Copper is one of the oldest industries, yet it keeps evolving. Hereby a few trends observed over the past decades:
Growth: from 12 Mtpa in 1995 at a 10-year average price of 2,400 $/t to 25 Mtpa in 2020 at 6,800 $/t, the copper industry has grown from 29 B$ to 170 B$ or 7.3% per year. Volume growth represented 3% per year, while nominal price increased by 4.3% per year. As a result, copper production has grown from 0.1% nominal world GDP in 1995 to currently 0.2%.
Complexity of raw materials: ore grades are gradually decreasing and the complexity of concentrates is increasing. The same trend is observed for secondary raw materials. As a result, the industry evolves into an ever more complex metallurgy to extract copper and other valuable materials from these resource streams.
Integration: copper processing increasingly becomes a team effort. A network of interconnected, integrated smelters is developing.
Multi-metal: copper companies produce a multitude of metals. Over 20 materials can come out of a smelter.
Regulatory environment: regulations surrounding copper mining, smelting and refining are proliferating. The 2021 edition of ICSG's "Survey of Regulatory Developments Affecting Copper" has 369 entries.
Society's expectations: demands for sustainable operations and ESG performance are rising. The times are long past when mining districts were sacrifice zones for a global market.
Innovation: the copper sector continually innovates and reinvents itself to process increasingly complex material streams with less impact. Modern mines are a break from the past in terms of operational safety, water & energy use, automation, tailings management, ... See www.modernmine.org.
Markets: demand is shifting as well. Conductivity applications represent an ever greater portion of copper demand (currently 70%, not including thermal applications). The energy transition has become central to policy making, and electification offers a major pathway forward.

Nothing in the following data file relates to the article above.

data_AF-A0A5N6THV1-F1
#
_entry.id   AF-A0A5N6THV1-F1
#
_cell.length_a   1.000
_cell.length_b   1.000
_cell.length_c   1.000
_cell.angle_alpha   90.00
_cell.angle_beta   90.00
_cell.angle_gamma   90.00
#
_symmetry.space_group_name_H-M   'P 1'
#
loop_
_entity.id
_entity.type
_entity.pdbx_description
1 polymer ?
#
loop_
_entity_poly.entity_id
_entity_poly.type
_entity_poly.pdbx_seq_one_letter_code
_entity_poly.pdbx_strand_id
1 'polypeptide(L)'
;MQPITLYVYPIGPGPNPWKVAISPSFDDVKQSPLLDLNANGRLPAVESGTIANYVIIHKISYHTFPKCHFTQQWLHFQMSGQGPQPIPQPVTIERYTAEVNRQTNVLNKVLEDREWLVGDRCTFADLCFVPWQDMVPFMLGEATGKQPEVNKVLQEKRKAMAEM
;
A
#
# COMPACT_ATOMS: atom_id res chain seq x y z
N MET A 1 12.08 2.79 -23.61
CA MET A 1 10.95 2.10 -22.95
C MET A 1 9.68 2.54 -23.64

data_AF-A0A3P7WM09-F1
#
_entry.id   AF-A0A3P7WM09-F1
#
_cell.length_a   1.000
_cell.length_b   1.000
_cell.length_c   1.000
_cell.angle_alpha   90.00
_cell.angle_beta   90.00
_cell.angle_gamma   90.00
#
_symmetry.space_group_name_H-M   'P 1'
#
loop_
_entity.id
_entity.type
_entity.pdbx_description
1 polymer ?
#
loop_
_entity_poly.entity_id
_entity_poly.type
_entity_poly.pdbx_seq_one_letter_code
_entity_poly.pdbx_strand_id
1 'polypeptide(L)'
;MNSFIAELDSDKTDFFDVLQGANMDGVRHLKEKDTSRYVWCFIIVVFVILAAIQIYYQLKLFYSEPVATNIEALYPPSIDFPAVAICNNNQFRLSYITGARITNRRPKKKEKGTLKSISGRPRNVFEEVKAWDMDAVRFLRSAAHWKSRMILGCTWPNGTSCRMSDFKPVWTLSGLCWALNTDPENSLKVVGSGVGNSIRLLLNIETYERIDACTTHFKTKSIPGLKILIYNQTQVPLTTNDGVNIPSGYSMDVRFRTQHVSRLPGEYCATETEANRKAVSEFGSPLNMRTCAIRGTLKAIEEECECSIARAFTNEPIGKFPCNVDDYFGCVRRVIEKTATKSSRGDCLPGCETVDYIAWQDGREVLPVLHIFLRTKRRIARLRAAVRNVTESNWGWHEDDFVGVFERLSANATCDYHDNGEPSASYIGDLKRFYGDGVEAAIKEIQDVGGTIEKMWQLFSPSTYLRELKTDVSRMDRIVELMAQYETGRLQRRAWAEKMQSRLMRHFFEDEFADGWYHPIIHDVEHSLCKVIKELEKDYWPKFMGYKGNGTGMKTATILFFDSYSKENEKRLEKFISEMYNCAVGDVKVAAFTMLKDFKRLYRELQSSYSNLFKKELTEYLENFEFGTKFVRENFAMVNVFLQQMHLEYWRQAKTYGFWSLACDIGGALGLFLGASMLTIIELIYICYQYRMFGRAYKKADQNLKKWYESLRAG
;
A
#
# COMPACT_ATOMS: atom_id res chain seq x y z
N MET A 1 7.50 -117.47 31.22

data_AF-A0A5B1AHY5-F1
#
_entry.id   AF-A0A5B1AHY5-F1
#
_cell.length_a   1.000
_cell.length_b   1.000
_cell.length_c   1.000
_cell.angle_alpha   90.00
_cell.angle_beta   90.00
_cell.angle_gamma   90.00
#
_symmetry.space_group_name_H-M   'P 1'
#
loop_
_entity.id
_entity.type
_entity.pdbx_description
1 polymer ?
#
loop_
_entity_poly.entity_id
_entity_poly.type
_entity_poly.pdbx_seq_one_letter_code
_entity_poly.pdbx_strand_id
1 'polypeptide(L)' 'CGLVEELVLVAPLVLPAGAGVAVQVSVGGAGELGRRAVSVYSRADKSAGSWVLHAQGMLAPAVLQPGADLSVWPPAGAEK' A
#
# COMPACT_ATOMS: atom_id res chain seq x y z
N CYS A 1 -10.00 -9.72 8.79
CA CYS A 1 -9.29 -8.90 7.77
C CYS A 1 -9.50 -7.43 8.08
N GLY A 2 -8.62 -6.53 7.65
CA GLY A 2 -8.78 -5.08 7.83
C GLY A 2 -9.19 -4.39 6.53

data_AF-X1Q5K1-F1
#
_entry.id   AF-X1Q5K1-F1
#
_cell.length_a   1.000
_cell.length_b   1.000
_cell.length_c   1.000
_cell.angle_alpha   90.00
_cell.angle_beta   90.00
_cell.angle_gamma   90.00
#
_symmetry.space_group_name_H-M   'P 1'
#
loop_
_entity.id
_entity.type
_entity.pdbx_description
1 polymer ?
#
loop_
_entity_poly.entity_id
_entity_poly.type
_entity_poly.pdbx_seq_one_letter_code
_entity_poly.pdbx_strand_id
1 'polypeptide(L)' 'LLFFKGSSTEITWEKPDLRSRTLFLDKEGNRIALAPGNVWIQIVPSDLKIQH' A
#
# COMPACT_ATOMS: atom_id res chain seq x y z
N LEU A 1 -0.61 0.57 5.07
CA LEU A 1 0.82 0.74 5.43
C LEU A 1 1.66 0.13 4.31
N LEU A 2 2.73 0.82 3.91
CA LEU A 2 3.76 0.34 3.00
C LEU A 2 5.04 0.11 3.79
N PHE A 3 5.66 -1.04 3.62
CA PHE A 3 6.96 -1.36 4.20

China: as for many commodities, the copper market is dominated by China who hosts half of the global smelting & refining capacity. China's policies on copper, e.g. on scrap trade, have major implications for the rest of the world.
Risk: considering the variation in environmental, social and governance concerns across geographies, a framework for resource governance has yet to emerge, and risks for operators are increasing. It takes close to 20 years to develop a new mine from exploration to first production. As the mining industry is capital-intensive, risk is a major cost factor.
Copper in the spotlight: compared to the 90s and the early part of this century, copper is no longer "the hidden metal". Copper is regularly covered in reports from regulatory agencies, featured in the scientific press and increasingly finding its way into popular culture.
Processing of Complex Materials in the Copper Industry: Challenges and Opportunities Ahead - https://link.springer.com/article/10.1007/s11837-020-04255-9 (accessed June 7, 2022)
Extractive Metallurgy of Copper, 6th edition - https://www.elsevier.com/books/extractive-metallurgy-of-copper/schlesinger/978-0-12-821875-4 (accessed June 7, 2022)
Last update: September 20, 2022